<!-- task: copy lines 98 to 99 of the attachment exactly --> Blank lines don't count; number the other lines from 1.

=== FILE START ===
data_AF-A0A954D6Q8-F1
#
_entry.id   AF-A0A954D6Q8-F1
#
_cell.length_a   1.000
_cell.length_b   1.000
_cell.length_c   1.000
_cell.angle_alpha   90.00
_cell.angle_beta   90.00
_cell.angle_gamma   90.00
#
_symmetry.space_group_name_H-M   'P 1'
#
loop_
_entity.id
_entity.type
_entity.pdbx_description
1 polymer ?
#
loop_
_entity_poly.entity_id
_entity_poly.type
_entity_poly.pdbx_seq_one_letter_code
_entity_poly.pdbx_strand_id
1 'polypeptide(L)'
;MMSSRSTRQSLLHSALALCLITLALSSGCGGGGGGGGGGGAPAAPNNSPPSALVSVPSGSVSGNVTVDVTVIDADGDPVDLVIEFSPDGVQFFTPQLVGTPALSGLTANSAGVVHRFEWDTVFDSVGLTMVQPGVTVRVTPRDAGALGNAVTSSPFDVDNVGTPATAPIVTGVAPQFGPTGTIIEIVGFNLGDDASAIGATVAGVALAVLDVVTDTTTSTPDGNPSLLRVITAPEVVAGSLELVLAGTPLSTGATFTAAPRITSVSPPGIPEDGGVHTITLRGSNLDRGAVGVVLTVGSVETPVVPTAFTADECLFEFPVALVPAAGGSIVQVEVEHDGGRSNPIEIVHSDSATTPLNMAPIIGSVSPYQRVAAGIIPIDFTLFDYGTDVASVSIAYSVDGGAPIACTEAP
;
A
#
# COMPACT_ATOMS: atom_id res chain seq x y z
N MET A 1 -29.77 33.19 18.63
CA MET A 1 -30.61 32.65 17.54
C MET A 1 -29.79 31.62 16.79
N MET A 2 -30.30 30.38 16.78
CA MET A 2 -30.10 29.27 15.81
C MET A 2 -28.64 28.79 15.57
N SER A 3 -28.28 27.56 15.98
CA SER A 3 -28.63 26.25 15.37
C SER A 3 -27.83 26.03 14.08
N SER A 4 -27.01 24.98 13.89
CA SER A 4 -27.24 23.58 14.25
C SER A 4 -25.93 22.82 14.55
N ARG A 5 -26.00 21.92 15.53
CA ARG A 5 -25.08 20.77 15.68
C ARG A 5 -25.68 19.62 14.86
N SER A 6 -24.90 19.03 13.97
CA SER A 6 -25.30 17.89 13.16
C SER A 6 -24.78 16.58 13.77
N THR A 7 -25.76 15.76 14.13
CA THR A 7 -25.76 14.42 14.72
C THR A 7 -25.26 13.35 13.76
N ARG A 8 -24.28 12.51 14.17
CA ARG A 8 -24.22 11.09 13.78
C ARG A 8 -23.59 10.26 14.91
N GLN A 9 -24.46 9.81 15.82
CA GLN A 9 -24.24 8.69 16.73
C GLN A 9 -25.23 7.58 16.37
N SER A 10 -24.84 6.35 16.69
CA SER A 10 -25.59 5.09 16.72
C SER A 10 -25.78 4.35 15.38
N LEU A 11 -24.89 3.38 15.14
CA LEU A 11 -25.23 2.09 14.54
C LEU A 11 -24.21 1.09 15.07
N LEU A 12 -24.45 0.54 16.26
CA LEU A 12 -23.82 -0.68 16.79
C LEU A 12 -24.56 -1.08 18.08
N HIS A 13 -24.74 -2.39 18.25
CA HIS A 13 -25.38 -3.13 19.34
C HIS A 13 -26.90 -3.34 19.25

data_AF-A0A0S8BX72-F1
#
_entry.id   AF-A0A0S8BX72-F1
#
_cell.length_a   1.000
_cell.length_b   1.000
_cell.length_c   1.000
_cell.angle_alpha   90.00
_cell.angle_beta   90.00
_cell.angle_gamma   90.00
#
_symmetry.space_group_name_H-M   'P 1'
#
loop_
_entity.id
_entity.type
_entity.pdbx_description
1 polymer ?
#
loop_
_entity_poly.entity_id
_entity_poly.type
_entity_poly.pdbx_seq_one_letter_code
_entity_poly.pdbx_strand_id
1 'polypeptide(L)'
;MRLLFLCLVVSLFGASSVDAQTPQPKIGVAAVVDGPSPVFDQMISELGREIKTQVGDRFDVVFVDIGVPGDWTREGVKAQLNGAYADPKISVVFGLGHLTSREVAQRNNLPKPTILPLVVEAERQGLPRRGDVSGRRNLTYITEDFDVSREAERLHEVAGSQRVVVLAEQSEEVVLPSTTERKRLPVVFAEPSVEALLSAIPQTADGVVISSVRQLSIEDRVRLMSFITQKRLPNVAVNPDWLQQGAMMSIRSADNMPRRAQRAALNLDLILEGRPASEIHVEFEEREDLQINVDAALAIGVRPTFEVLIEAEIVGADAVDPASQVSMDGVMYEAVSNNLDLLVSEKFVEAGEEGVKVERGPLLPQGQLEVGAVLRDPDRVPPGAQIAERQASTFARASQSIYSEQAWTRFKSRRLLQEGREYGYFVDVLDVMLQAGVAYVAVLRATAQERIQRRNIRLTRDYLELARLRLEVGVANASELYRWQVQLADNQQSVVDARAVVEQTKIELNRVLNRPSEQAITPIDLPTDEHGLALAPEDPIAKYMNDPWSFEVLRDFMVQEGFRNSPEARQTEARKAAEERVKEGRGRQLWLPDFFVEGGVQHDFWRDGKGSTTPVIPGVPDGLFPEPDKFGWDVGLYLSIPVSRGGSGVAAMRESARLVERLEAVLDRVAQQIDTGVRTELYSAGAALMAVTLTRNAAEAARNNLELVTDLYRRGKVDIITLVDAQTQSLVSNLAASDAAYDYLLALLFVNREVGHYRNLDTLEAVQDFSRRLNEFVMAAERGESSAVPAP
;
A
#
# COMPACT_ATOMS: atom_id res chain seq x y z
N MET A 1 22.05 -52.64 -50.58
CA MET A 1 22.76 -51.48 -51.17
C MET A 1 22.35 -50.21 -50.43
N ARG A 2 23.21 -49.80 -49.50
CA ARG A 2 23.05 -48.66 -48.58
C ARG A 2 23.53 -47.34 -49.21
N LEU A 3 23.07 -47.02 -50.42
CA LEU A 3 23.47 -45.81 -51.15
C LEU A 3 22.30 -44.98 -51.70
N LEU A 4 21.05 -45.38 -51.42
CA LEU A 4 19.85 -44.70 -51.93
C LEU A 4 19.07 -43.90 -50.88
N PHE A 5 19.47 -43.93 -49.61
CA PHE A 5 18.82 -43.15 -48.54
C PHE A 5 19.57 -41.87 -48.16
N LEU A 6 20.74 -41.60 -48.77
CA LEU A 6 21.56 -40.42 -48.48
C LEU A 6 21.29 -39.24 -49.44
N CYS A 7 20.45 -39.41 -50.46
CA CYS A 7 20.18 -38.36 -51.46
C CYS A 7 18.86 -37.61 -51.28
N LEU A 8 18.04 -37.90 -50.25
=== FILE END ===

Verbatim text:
#
# COMPACT_ATOMS: atom_id res chain seq x y z